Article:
Northern 'rugby league' towns should be in Conservatives' sights for general election, says think tank

A think tank group has urged the Conservative party to target 'rugby league' towns  in order to gain key regional seats. Picture: SWPix
A think tank group has urged the Conservative party to target 'rugby league' towns in order to gain key regional seats. Picture: SWPix

The Conservatives will have to target traditional Labour voters from regional towns such as St Helens, Wigan, Warrington and Workington in order to win the Christmas general election, according to a think tank.


Right-of-centre Onward said "Workington man" will be a key swing voter for the Tories as well as the latest entry in a tradition of voter demographic stereotypes.

Onward said the Tories will need to target the average "middle England" voter who is an older, white, non-graduate man from the North of England, with strong rugby league traditions and a tendency to vote Labour.

The group urged the party to target towns including St Helens, Halifax, Warrington, Wigan and Workington in order to gain these key regional seats.

James O'Shaughnessy, a Conservative peer and former Downing Street director of policy, said: "For the Conservatives to win a majority at the upcoming general election requires a leap of faith by people who have never voted Tory before.

"These voters are not nostalgic; they don't believe there was a golden age we need to return to. They're looking for change, but change that delivers greater security in their lives, not more exposure to the harsh winds of globalisation."

Since the Workington constituency was created in 1918, the Conservatives have never won the seat as a result of a general election.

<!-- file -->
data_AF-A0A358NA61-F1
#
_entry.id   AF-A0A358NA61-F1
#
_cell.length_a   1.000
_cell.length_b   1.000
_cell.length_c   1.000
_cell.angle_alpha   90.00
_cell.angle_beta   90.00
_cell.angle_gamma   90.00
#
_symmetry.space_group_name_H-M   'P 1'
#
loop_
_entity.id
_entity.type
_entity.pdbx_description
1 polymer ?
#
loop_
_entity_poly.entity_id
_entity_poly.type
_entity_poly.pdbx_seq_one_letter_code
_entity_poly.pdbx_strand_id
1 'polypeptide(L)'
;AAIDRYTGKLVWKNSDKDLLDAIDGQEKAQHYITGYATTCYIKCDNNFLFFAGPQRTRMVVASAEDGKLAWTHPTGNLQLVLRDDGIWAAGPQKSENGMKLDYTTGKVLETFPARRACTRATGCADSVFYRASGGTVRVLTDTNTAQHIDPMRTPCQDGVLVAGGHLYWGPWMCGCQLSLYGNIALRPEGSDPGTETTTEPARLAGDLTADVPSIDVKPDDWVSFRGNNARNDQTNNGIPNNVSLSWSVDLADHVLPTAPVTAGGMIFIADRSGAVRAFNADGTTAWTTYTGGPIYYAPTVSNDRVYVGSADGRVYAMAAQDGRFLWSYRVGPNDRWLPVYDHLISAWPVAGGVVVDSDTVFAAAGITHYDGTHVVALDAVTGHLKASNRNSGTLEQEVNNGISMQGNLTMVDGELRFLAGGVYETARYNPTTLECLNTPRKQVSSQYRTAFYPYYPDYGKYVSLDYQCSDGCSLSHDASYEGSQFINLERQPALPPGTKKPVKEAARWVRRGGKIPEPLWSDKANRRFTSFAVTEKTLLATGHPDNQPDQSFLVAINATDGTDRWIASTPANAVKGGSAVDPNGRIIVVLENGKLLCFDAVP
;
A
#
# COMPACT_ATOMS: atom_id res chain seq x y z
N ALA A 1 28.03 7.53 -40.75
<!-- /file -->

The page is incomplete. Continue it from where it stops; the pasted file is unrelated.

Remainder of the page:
Tory Richard Page held the seat for three years following the 1976 by-election and has been the only non-Labour MP to ever represent the constituency which backed Leave in 2016.

However, the idea of the blue rosette succeeding in Labour heartlands across the north of England drew a sharp response from Wigan MP Lisa Nandy.

She wrote on social media: "I’d never take a single vote for granted but I’m not sure a London think tank is well placed to understand the traditions, history and solidarity in rugby league towns.

"The Tories devastated our communities in the 1980s and again in recent years and we do not forget."

All parties will be looking to gain voters from their oppositions while maintaining holds on their existing constituencies at the general election.

The use of voter stereotypes as a targeting tactic dates back to at least Margaret Thatcher's repeated electoral wins in the 1980s where the working-class "Essex man" switched allegiance from Labour to the Tories.

In 1996, "Mondeo man" was singled out for Labour after then-leader Tony Blair recalled canvassing with a voter who owned a Ford Sierra car which was later superseded by the Ford Mondeo.

"Worcester woman" was also targeted by Mr Blair's campaign during the 1997 election as a working-class mother who traditionally voted Conservative but would consider voting Labour if it improved her family's life.

Next came the "Pebbledash people" for the Conservatives in 2001 - middle-aged professional couples who live in semi-detached, often pebble-dashed homes in the suburbs.

In 2003, former cabinet minister Stephen Byers urged Labour to reach out to the "Bacardi Breezer generation" of alienated 18 to 25-year-olds.

Both "Holby City Woman" and "Motorway man" were used in the 2010 election.

The former is a female voter in her 30s or 40s who works in the public sector, cares about social issues and leans towards Labour, while "Motorway men" are floating voters.

The December 12 election will be the third in three years and the first to be held in December since 1923.